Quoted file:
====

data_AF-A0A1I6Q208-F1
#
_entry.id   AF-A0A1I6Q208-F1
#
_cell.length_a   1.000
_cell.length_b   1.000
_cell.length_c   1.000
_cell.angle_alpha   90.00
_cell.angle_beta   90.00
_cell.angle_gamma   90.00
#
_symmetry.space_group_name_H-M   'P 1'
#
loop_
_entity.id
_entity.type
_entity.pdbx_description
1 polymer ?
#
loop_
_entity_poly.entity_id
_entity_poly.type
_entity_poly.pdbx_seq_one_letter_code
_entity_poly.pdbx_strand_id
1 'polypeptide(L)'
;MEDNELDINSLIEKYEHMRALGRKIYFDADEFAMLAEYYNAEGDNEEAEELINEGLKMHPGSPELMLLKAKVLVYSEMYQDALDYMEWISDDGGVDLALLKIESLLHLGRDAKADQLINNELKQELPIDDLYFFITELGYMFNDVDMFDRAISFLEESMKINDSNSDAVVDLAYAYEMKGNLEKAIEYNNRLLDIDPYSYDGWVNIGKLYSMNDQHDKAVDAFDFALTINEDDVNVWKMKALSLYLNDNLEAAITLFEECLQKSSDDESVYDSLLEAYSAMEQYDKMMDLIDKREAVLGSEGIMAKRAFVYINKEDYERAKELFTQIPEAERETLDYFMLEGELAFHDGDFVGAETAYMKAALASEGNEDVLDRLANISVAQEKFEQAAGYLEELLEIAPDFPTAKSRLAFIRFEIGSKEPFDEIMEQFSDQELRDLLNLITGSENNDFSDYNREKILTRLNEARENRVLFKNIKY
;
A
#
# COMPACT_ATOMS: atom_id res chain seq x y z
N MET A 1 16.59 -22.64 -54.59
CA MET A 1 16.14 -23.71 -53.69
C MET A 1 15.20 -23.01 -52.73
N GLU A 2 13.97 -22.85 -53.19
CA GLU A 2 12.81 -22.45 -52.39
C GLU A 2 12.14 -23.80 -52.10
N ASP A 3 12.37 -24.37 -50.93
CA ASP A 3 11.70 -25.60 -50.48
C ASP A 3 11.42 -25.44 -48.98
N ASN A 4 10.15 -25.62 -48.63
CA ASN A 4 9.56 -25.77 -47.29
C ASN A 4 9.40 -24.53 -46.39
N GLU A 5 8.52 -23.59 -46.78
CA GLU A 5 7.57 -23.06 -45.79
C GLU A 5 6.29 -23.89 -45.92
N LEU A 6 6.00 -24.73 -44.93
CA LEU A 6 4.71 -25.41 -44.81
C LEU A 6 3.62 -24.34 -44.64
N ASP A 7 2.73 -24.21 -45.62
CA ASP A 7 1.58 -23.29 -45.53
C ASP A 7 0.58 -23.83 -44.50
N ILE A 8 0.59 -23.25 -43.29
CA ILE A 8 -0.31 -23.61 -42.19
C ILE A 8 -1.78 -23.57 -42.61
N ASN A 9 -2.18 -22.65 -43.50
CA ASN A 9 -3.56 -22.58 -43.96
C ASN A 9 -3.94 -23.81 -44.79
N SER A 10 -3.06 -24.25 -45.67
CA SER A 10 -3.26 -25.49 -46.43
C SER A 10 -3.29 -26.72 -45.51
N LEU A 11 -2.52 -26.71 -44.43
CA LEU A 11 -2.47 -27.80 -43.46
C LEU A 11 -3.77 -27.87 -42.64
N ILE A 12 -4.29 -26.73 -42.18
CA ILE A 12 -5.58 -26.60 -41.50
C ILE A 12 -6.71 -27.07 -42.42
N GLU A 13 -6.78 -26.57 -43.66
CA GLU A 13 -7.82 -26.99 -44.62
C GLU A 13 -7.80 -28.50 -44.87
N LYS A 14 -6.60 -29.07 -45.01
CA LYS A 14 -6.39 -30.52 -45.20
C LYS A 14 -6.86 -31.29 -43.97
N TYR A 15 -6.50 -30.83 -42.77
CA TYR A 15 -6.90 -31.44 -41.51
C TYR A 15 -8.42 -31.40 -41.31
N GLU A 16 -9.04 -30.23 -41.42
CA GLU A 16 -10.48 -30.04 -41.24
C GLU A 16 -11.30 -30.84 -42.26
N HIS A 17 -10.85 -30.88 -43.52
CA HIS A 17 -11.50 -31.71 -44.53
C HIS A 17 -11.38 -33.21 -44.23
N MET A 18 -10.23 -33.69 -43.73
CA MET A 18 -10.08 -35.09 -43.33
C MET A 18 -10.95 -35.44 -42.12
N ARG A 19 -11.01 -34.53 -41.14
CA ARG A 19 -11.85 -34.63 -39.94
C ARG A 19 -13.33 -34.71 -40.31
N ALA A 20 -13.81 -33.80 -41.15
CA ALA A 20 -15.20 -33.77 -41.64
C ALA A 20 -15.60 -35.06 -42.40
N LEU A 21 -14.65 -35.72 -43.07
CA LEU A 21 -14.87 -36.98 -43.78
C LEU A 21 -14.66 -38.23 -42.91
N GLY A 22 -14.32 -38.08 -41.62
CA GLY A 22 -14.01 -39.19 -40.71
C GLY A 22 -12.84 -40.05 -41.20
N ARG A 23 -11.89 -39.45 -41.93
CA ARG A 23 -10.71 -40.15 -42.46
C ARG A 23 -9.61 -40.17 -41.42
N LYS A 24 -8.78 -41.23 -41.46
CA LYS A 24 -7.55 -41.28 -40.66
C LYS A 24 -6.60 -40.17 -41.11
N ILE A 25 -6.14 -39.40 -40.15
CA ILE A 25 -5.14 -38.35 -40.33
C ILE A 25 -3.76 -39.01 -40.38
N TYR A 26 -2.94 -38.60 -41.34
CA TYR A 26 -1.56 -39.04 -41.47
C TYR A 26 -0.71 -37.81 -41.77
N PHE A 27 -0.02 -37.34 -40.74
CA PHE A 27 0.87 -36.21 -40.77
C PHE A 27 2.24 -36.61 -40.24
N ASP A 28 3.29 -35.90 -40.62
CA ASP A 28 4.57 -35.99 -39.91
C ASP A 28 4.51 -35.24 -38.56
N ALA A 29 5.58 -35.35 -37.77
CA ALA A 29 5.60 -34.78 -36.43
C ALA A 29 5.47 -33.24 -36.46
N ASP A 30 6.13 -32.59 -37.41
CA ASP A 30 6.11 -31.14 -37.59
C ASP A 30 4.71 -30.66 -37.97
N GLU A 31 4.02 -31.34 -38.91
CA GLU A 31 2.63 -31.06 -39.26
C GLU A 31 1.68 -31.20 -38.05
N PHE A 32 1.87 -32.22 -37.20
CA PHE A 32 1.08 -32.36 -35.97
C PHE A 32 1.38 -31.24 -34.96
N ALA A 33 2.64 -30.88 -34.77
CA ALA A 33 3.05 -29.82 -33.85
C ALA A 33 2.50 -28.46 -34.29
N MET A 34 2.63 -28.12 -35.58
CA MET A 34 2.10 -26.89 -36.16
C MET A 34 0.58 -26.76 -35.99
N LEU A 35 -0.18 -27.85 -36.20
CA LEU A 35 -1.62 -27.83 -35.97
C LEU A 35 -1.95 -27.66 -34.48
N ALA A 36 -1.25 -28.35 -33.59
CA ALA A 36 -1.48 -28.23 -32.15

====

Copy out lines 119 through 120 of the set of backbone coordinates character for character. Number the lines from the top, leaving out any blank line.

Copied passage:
CA ASP A 30 6.11 -31.14 -37.59
C ASP A 30 4.71 -30.66 -37.97